DURBIN URGES PRIVATE STUDENT LOANS BE DISCHARGED IN BANKRUPTCY
Sen. Dick Durbin (D-Ill.) today said that students who take out loans from private lenders to finance their education should have the same right to discharge their debt in bankruptcy that other borrowers enjoy, Bloomberg News reported. "While the overall growth in student indebtedness is troubling, the most pressing concern is private student loans," Durbin said at a Senate Judiciary Subcommittee on Administrative Oversight and the Courts hearing. "These private student loans are a far riskier way to pay for an education than federal loans." Outstanding student-loan debt reached an estimated $867 billion in the fourth quarter, and is greater than total U.S. credit-card debt. However, Prof. G. Marcus Cole, a bankruptcy professor at Stanford Law School, cautioned against amending the Bankruptcy Code to allow for the discharge of private student loans. "The removal of the exemption from discharge of privately placed student loans will result in a dramatic increase in the cost of student loans for all student borrowers, ultimately 'drying up' the availability of such loans for those who need them most," Prof. Cole said in prepared testimony. (Click here to read Prof. Cole's testimony.) Durbin introduced a bill in May to eliminate a 2005 provision that made privately issued student loans nondischargable in bankruptcy. Read more.
Click here to read all of the prepared testimony from today's Senate Judiciary Subcommittee on Administrative Oversight and the Courts hearing titled, "The Looming Student Debt Crisis: Providing Fairness for Struggling Students."
REGULATORS APPROVE NEW DERIVATIVES RULES
Regulators approved new rules for the $600 trillion derivatives market today, aiming to raise competition and impose more rigorous risk management on an industry that played a central role in the financial crisis, the New York Times' DealBook blog reported today. The Commodity Futures Trading Commission (CFTC) adopted the rules in a 4-to-1 vote, the agency’s latest move to usher in broad new changes in response to the crisis. "Though it is quite technical, and some might say it's sort of into the plumbing of the derivatives marketplace, these rules today are critical to promote access, lower risk, and ultimately help in transparency in the market," said CFTC chairman Gary Gensler. He highlighted how the rules would mandate broader competition in the derivatives industry, which is currently dominated by a few big banks. JPMorgan Chase, Citigroup, Bank of America and Goldman Sachs currently hold roughly 95 percent of the banking industry's total exposure to derivatives contracts, according to government data. Now banks will be unable to restrict customers from trading with other players in the derivatives market. Read more.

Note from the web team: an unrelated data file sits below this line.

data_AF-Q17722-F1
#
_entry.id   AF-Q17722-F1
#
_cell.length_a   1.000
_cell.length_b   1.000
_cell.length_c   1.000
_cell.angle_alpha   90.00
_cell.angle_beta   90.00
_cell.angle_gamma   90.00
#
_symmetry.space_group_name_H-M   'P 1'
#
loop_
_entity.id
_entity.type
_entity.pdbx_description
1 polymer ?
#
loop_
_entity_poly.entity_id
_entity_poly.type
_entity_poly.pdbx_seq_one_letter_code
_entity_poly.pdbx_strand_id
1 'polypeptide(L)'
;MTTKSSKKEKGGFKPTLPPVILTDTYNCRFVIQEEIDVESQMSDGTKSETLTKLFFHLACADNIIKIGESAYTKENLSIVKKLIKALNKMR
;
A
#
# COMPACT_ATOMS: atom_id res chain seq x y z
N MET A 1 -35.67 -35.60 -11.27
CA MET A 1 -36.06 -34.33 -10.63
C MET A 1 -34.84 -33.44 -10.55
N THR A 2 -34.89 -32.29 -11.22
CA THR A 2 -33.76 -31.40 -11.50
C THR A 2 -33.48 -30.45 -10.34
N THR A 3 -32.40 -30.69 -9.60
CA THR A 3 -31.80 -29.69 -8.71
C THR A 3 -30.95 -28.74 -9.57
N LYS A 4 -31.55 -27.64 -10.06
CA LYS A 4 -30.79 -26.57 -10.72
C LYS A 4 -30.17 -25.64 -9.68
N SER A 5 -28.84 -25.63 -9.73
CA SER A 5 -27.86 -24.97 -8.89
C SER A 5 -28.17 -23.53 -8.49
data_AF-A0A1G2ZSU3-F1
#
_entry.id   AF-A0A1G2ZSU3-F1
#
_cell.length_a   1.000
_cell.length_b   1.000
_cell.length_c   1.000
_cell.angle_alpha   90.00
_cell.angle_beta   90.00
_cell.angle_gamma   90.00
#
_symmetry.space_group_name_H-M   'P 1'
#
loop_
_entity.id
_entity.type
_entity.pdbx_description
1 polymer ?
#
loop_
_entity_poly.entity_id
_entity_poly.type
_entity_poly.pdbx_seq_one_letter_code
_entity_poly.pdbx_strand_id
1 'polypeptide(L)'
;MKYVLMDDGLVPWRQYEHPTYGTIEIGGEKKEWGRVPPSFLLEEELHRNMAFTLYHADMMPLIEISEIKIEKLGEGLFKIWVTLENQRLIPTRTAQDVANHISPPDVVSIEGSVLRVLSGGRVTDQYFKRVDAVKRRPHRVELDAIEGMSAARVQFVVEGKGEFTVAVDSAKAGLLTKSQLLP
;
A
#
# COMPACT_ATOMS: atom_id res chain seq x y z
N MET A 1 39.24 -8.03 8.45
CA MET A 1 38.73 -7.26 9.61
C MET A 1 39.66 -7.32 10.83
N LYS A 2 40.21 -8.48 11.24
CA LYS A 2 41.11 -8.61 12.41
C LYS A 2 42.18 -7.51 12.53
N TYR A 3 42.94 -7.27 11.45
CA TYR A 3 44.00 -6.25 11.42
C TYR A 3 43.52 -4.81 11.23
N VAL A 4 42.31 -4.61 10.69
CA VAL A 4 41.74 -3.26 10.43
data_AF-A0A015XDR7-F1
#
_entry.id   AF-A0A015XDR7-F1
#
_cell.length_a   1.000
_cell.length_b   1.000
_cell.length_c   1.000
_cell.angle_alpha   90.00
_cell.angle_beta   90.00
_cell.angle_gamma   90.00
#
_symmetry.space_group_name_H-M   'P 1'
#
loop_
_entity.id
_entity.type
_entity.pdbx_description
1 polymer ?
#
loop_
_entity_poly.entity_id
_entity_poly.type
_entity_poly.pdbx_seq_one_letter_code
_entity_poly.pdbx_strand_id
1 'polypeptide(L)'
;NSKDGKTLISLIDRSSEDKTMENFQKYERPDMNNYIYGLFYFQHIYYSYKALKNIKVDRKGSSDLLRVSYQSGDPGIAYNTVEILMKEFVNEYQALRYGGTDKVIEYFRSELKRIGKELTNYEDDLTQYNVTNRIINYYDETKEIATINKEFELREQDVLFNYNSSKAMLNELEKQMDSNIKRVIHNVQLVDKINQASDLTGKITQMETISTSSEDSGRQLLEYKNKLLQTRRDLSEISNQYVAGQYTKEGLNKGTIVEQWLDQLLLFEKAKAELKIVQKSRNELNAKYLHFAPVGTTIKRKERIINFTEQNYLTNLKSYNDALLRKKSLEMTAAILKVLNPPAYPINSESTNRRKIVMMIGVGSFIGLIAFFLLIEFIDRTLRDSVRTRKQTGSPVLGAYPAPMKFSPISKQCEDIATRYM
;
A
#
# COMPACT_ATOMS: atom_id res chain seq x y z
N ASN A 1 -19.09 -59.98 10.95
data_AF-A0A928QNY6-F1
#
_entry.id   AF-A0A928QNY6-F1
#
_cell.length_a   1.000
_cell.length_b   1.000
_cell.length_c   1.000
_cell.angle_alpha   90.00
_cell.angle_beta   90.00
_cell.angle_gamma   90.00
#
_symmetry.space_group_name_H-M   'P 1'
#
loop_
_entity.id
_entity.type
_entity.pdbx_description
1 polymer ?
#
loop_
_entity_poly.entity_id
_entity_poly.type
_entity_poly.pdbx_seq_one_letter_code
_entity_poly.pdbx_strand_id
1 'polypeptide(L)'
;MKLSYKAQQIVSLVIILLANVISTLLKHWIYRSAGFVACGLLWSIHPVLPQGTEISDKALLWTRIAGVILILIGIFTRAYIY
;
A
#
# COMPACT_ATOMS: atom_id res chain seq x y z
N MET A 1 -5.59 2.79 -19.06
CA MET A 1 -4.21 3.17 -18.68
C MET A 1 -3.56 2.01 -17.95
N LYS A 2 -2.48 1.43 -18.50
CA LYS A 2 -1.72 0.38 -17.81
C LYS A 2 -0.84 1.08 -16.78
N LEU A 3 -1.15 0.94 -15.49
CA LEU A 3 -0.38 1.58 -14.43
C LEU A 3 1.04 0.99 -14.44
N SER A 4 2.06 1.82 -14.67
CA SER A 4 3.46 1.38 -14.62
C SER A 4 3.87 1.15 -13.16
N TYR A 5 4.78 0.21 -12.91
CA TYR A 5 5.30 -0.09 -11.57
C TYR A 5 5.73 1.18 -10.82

ANALYSIS: CALIFORNIA CITIES SCRAMBLE TO AVERT INSOLVENCY
If Stockton, Calif., were to go bankrupt, it would be the largest U.S. city ever to do so, and other troubled Californian municipalities might be tempted to follow suit, Reuters reported yesterday. While predictions of mass defaults on municipal bonds might start to look a little more realistic, a closer look at the municipal finance situation across California suggests that mass bankruptcies are unlikely. Most troubled local governments in the state have taken drastic steps to cut spending, with city managers asserting they have their arms around the problems. A new state-mandated mediation process may also help municipalities avoid the worst - though it could force bondholders to accept losses outside the bankruptcy process. The new law, passed after the San Francisco Bay area city of Vallejo filed for bankruptcy in 2008, requires Stockton to try to corral its major bondholders, bond insurers, city employees and retirees into mediation for up to 90 days. The new California law mandating mediation came after the Vallejo situation exposed the weaknesses of bankruptcy as a means to address municipal finance problems. City services there have been eviscerated, many employees lost much of their health care and other benefits, and legal bills have topped $10 million. Yet many of Vallejo's largest long-term costs, namely pension liabilities, remain in place, and the hit to the city's reputation has further depressed its housing market and discouraged businesses from opening. Mediation could enable cities to get some debt relief without the stigma and costs of bankruptcy. Read more.